Two months ago, the Eagles were thrashed 48-7 by the Saints at the Superdome, the heaviest-ever loss suffered by a reigning Super Bowl champion.
That brutal shellacking remains seared into the memory of the Eagles, who have since resurrected their season to reach the playoffs and score a thrilling wild card win over Chicago last Sunday.
Several Eagles players voiced unhappiness at the conduct of the Saints during November’s rout, accusing New Orleans of piling up the points and celebrating each touchdown just a little too gleefully.
“They ran up the score. We wanted them again, we got them again,” Eagles tackle Jason Peters said. “This time, hey, we coming. It’s definitely not going to be the same outcome.”
The Eagles will be strengthened by the presence of several players who missed November’s lop-sided loss.
Foles, who steered the Eagles to victory in last season’s Super Bowl, once again proved his aptitude for the big occasion with last Sunday’s 16-15 win over the much-fancied Bears at Soldier Field.
Foles said the resilience of the Eagles had come to the fore following their humiliating mid-season defeat to the Saints.
“It wasn’t a good game for us but the thing that impresses me about my team is even in those moments, we still stuck together,” Foles said.
– ‘Motivated as ever’ –
Whether the rejuvenated Eagles defense can contain the evergreen Saints quarterback Drew Brees remains to be seen, however.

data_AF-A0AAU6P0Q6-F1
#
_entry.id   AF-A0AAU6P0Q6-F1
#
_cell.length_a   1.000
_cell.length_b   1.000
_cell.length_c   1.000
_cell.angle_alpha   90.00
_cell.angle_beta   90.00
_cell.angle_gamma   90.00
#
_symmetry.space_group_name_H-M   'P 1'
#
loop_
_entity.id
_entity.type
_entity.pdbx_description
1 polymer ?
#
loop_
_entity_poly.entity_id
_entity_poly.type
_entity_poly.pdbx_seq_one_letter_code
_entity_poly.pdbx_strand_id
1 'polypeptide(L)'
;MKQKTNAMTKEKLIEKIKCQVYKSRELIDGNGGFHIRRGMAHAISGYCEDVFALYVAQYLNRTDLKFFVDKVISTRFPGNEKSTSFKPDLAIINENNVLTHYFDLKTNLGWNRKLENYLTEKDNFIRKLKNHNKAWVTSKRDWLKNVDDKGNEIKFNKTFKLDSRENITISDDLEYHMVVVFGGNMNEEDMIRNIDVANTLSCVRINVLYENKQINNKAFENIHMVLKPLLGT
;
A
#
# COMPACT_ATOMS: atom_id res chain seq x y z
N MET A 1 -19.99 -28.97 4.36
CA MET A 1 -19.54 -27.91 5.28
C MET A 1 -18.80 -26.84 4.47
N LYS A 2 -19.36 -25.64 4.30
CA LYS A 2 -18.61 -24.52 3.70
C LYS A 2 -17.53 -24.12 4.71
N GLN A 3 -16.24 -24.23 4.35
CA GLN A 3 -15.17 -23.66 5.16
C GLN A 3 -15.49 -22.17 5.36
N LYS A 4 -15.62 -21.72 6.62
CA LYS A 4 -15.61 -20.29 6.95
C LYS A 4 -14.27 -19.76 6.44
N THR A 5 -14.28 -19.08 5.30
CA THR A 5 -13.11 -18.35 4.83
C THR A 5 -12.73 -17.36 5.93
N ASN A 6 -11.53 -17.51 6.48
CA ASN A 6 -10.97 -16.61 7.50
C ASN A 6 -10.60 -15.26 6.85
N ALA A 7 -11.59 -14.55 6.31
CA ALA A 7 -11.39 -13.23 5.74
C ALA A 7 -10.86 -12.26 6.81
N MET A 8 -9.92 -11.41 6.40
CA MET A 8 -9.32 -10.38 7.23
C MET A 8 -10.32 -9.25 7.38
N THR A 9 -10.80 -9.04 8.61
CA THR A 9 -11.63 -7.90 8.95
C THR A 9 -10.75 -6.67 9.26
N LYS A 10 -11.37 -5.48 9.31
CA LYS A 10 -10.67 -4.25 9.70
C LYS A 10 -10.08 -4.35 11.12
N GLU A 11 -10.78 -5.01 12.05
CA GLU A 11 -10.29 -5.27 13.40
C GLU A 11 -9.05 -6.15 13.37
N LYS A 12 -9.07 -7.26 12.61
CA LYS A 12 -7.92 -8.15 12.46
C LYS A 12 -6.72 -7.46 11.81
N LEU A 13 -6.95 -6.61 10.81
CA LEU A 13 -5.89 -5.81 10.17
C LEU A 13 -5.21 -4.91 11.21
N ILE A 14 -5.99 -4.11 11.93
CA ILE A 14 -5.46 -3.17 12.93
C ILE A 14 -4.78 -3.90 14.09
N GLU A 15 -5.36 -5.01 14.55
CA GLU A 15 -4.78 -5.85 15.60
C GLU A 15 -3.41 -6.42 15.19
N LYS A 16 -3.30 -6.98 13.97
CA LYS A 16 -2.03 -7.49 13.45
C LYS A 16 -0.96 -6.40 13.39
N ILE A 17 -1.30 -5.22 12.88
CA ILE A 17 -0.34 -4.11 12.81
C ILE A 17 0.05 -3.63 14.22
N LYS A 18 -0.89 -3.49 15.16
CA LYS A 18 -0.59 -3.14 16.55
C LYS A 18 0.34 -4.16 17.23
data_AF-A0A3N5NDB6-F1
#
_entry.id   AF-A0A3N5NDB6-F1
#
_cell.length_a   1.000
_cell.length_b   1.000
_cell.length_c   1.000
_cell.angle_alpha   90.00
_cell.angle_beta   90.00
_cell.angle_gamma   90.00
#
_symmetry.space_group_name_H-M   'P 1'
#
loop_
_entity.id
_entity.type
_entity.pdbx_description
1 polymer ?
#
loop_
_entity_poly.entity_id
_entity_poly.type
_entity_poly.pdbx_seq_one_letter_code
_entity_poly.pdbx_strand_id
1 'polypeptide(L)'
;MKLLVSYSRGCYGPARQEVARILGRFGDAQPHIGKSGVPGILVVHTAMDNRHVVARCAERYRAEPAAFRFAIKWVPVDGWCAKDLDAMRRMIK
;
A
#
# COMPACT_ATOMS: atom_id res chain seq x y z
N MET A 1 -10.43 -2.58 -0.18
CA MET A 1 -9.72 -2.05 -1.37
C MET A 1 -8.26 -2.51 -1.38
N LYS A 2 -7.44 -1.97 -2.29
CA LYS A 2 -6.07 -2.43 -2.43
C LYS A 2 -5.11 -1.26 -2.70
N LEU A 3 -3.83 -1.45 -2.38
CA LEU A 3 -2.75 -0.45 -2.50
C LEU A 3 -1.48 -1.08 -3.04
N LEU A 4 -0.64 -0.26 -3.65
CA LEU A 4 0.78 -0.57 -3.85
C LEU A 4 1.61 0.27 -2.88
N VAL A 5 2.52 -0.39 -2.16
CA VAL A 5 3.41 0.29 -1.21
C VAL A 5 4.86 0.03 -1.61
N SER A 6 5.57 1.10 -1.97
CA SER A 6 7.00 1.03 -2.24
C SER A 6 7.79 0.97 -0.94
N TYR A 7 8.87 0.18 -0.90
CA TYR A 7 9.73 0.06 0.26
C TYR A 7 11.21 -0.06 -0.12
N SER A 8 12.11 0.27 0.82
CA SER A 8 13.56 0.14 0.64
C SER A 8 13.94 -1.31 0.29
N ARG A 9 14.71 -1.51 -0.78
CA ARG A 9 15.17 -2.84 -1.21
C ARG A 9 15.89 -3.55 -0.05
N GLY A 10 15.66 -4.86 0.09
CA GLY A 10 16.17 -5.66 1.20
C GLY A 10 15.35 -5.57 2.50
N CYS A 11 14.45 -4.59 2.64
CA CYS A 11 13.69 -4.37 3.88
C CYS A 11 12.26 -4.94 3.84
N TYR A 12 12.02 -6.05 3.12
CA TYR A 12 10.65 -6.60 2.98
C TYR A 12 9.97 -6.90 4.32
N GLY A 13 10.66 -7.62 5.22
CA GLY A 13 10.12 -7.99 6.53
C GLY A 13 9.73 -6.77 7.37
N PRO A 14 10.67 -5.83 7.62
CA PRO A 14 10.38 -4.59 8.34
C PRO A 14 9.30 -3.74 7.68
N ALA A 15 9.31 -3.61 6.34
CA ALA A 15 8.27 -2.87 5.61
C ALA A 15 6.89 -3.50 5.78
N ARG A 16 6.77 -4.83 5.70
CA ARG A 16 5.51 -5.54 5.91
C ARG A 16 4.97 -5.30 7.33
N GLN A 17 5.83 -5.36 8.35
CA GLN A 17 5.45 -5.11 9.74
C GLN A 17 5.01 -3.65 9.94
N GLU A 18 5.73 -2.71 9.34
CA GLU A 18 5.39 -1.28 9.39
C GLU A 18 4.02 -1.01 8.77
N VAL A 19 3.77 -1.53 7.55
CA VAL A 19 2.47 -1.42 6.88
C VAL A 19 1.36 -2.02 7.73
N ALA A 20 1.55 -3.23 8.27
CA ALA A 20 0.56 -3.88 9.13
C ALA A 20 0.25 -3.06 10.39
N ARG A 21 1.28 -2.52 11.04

Brees, who will be playing his last game before turning 40 next week, is enjoying a stellar season which has seen him overtake Peyton Manning on the all-time list of passing yard leaders.
The 39-year-old has warned his younger teammates that November’s 48-7 drubbing of the Eagles will have little bearing on Sunday’s Divisional Round clash, where a win would leave the Saints with a home NFC championship against either the Dallas Cowboys or Los Angeles Rams for a place in the Super Bowl.
“They’ll come in as motivated as ever,” Brees said of the Eagles.
“Just like we’re going to come in as motivated as ever. So I don’t think anything that happened previously has any bearing on this game. Just two really good teams about the play in a playoff game.”
In the AFC side of the draw, the New England Patriots must overcome the threat of the Los Angeles Chargers and Philip Rivers if they are to keep alive their hopes of becoming the first team since the 1991-1994 Buffalo Bills to reach three consecutive Super Bowls.
Patriots quarterback Tom Brady, 41, says he sees similarities between himself and Rivers, 37, heading into Sunday’s showdown at Foxborough.
“He’s kind of like me,” Brady said. “He wants the ball out of his hands. He kind of wants to be able to anticipate coverages. He’s got really a great group of skill players — backs, tight ends, receivers. They’re playing as well as any offense that’s played all season.”
Rivers, meanwhile, heads into the game desperate to improve a dismal record against the Patriots.
The Chargers quarterback is 1-7 in games against New England, and has lost on all four previous visits to Foxborough. He has also never beaten Brady in a head-to-head meeting.
The Chargers suggested, however, they may have a tougher mental make-up this year after grinding out a 23-17 road win against Baltimore in the wild card round.
Rivers, though, is mindful of the threat posed by Brady, who has averaged more than 300 passing yards in his previous eight games against the Chargers.
“You think about all the different teammates that have come in and out of that building, and he’s still playing at the highest level,” Rivers said of Brady this week.
“We know that this is when he and this team have always been the best.”